Mn) occupies 2a, 8i2 sites. For Cr66.7Fe33.3, as seen in Fig. 6 (a), the pseudogap at about 0.1e0 Ry is deeper and wider for Cr than Fe. This means that the electronic states of Cr covalently interact more strongly with other atoms. Note that for the DOS of TM-TM systems, many fine structures [38] exist within the pseudogap near the Fermi level, which are not thoroughly analyzed in this work. Additionally, as seen in Fig. 7, the Cr(d)-Cr(d) bonding regions are wider and with much larger ELF values (around 0.45e0.47) than that of Fe(d)-Fe(d) (with ELF around 0.36), which indicates a stronger bonding among Cr atoms. The DOS and ELF results are well consistent, which validates our methodology. It, on the other hand, indicates that even though the ELF values of the bonding regions for Cr66.7Fe33.3 are relatively small (with ELF<0.5), the bonding characteristics are still covalent. It is worth mentioning that in Fig. 7, the features of the outer-core region of Cr (with ELF around 0.36e0.39), spatially separated from the common valence region (with ELF around 0.45e0.47), are due to the unequal occupation of d orbital [41].

For Re66.7Mn33.3, as seen in Fig. 6 (b), the pseudogap at about 0.15e0 Ry is much deeper and wider for Re than Mn, and the DOS of Mn reach dramatically high value at the Fermi level. The above indicates a much stronger covalent bonding among Re than Mn. Consistently, in Fig. 8, we can observe a relatively strong bonding among Re (with ELF around 0.47e0.64) and an almost nonbonding among Mn. The DOS and ELF results are in good agreement. 3.3. Discussion 3.3.1. Site occupancy preference on CN12 sites of the sigma phase Berne et al. [19] and then Crivello et al. [15] clarified that CN12 sites are preferable for atoms with filled, nearly filled or empty d shells, the reason being that CN12 sites have approximate icosahedral symmetry causing high degeneracy of electronic d-like levels [19,20]. Thus atoms with half-filled d shells would have high density of states when occupying CN12 sites and consequently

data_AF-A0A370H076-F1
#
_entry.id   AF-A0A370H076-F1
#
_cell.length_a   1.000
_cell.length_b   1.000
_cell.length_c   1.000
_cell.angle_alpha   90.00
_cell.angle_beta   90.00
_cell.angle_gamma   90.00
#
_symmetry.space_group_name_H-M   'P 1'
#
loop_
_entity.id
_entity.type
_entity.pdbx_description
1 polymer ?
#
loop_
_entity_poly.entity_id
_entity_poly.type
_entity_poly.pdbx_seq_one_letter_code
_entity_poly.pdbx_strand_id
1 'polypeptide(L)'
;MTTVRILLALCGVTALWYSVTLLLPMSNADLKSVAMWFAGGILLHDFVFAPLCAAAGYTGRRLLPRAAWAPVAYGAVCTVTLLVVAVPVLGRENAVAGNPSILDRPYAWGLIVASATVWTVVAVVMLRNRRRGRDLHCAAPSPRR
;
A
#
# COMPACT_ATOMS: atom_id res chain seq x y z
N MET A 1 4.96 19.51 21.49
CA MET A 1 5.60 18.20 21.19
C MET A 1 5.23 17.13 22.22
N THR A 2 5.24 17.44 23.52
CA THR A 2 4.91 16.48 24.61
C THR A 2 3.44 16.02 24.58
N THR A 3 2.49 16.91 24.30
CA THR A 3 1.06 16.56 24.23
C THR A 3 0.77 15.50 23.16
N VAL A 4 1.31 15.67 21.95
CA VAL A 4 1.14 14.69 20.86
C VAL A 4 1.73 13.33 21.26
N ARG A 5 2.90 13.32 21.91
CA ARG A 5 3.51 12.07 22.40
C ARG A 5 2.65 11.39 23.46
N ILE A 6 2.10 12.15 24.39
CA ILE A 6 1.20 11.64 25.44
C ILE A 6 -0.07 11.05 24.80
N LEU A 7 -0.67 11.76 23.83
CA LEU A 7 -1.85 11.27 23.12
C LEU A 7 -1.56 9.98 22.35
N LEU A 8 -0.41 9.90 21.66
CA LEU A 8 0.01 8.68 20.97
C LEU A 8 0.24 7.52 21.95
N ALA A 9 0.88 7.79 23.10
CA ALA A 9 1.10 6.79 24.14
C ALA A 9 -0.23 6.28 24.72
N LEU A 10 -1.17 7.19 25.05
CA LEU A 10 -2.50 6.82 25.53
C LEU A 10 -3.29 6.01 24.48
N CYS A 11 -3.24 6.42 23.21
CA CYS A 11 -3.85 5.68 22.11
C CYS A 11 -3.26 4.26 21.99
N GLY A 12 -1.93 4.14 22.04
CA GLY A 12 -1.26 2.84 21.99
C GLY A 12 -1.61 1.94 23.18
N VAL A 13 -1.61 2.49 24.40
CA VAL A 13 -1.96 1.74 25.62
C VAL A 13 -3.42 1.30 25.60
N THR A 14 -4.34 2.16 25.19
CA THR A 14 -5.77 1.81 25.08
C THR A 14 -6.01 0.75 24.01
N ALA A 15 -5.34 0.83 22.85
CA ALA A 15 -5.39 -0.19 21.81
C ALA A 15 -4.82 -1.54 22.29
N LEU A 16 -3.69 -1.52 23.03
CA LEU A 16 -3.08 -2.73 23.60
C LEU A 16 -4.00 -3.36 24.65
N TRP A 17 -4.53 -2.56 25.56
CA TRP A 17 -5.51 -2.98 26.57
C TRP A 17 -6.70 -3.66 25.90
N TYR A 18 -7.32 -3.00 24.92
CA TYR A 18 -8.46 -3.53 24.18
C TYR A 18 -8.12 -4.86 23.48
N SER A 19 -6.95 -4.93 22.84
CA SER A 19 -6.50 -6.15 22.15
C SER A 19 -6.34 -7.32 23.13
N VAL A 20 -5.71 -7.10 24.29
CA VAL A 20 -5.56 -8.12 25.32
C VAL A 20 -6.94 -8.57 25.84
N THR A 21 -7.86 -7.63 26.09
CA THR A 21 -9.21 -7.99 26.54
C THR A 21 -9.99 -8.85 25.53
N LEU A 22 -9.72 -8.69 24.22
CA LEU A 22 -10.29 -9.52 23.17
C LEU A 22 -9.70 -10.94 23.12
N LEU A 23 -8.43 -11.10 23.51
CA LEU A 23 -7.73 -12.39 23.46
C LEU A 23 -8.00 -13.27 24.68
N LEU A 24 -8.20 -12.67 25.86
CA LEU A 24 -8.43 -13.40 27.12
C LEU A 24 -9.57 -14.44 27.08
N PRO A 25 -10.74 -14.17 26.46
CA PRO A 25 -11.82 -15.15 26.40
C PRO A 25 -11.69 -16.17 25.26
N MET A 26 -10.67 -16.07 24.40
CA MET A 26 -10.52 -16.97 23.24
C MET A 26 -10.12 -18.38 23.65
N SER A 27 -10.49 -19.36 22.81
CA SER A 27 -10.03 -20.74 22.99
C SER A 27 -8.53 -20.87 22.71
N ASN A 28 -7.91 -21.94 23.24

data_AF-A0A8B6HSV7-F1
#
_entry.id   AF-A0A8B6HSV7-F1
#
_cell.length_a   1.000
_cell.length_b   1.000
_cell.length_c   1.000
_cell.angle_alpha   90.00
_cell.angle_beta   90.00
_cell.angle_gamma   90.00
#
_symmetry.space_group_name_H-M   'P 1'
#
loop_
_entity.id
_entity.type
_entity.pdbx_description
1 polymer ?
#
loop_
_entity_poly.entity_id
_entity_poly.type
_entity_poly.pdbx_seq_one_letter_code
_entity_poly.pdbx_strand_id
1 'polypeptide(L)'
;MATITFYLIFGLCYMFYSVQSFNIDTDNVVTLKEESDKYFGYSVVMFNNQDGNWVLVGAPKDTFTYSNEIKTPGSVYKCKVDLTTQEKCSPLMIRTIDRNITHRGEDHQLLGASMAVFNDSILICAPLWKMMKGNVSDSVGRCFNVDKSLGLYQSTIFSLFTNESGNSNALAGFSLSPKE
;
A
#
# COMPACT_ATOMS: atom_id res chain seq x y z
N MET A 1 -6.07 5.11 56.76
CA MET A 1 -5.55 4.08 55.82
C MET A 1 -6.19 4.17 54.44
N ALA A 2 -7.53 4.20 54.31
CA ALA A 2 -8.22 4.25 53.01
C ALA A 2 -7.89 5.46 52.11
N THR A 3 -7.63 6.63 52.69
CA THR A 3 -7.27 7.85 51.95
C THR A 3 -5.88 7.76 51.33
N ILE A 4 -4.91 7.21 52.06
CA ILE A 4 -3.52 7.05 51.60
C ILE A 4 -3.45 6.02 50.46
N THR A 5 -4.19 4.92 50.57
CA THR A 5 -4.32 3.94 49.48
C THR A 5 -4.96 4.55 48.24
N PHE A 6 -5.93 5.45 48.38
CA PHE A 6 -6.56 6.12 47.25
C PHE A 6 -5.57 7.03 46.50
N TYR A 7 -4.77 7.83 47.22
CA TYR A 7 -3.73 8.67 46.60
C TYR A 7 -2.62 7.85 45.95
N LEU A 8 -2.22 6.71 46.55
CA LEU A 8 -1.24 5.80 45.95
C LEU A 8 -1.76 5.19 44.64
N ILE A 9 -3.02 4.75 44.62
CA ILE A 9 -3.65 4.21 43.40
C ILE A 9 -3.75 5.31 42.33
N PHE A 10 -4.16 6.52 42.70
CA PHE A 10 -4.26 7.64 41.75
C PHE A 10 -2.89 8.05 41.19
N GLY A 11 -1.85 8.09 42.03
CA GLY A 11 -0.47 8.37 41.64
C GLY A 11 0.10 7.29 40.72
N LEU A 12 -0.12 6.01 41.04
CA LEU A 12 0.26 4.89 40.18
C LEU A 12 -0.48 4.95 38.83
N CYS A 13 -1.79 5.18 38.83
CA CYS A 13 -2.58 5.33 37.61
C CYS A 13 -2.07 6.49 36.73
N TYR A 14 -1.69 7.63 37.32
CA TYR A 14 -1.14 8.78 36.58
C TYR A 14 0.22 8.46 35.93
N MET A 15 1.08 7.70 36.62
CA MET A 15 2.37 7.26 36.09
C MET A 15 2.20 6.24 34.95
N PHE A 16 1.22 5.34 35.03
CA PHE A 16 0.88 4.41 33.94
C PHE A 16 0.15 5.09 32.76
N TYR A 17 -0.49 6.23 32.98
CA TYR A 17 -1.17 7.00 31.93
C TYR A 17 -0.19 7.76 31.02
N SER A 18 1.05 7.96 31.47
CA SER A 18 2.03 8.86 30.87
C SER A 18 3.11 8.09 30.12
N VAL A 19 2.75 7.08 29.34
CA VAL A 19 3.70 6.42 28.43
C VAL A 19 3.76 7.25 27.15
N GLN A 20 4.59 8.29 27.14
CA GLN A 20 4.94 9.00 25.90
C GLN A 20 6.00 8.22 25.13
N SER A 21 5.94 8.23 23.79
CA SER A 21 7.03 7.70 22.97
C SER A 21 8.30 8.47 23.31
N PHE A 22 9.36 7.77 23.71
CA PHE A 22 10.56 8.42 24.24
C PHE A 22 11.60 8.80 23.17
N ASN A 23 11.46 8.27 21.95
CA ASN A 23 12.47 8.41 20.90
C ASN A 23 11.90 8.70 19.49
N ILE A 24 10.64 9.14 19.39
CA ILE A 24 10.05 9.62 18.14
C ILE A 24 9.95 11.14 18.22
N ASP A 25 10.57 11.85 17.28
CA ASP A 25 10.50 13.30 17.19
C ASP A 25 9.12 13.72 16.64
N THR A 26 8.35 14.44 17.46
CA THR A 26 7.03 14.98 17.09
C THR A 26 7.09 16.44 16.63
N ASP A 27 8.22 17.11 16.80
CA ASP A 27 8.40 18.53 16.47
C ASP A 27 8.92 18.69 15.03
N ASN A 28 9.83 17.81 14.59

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Fig. 7. Electron Localization Function (ELF) of the completely ordered Cr66.7Fe33.3 sigma compound namely Fe2aCr4fCr8i1Fe8i2Cr8j. (a), (b) and (c) depict the ELF across (001), (110) and (110) slice planes with distance from origin of 0 Å, 6.14 Å and 0 Å, respectively. The color scale is given on the left. The scaling is between 0 and 0.47. Crystal sites with white labels are in the slice planes; crystal site with black labels are in upper or lower layers of the slice planes. (For interpretation of the references to color in this figure legend, the reader is referred to the Web version of this article.)

Fig. 8. Electron Localization Function (ELF) of the completely ordered Re66.7Mn33.3 sigma compound namely Mn2aRe4fRe8i1Mn8i2Re8j. (a), (b) and (c) depict the ELF across (001), (110) and (110) slice planes with distance from origin of 0 Å, 6.48 Å and 0 Å, respectively. The color scale is given on the left. The scaling is between 0 and 0.64. (For interpretation of the references to color in this figure legend, the reader is referred to the Web version of this article.)

occupy high CN sites [15]. However, the present calculations show disagreement with the above argument. For ReeV sigma system, where Re (5d56s2) bears half-filled d shells, we calculated the site decomposed DOS of the two Re78V22 compounds with different site occupancies as shown in Fig. 9. When the five crystal sites are equally occupied by 78 at.% Re, as presented in Fig. 9 (a), the site decomposed DOS of each site near the Fermi level are close to one another, with a relatively higher value on 4f site (i.e., CN15 site). Apparently, CN12 sites do not cause high density of states. On the other hand, when CN12 sites (i.e., 2a and 8i2 sites) are totally occupied by Re, as presented in Fig. 9 (b), it leads to low density of states on CN12 sites. Obviously, atoms with half-filled d shells do not have high density of states when occupying CN12 sites. In fact, the present DOS results, as shown in Figs. 5-6, indicate that for the TM-TM binary sigma phase, the constituent atom with less electron shells or more valence electrons would have high density of states near the Fermi level, no matter whether it occupies large or small CN sites. Besides, CN12 sites are preferable for the

constituent atom with smaller atomic size, more electron shells or valence electrons [12]. This is related to the tendency of electron loss or gain of the two constituent atoms. For more details see Ref. [12]. 3.3.2. Influence of atomic bonding on molar volume of the sigma phase The molar volume of the sigma phase varies with the site occupancy even at a fix composition [14]. For most sigma phase systems, the volume of the completely ordered state is smaller than that of the disordered one. The only exception is the MoeRe system [14]. Keep in mind that in completely ordered A66.7B33.3 sigma compound, large atom A occupies large CN sites (i.e., 4f, 8i1 and 8j) and small atom B occupies small CN sites (i.e., 2a and 8i2). As compared to the disordered state, there are more A atoms on large CN sites, and more B atoms on small CN sites. According to the conclusion drawn in the fifth paragraph of Section 3.2.1, we can obtain that when A bears more electron shells or less valence electrons than B,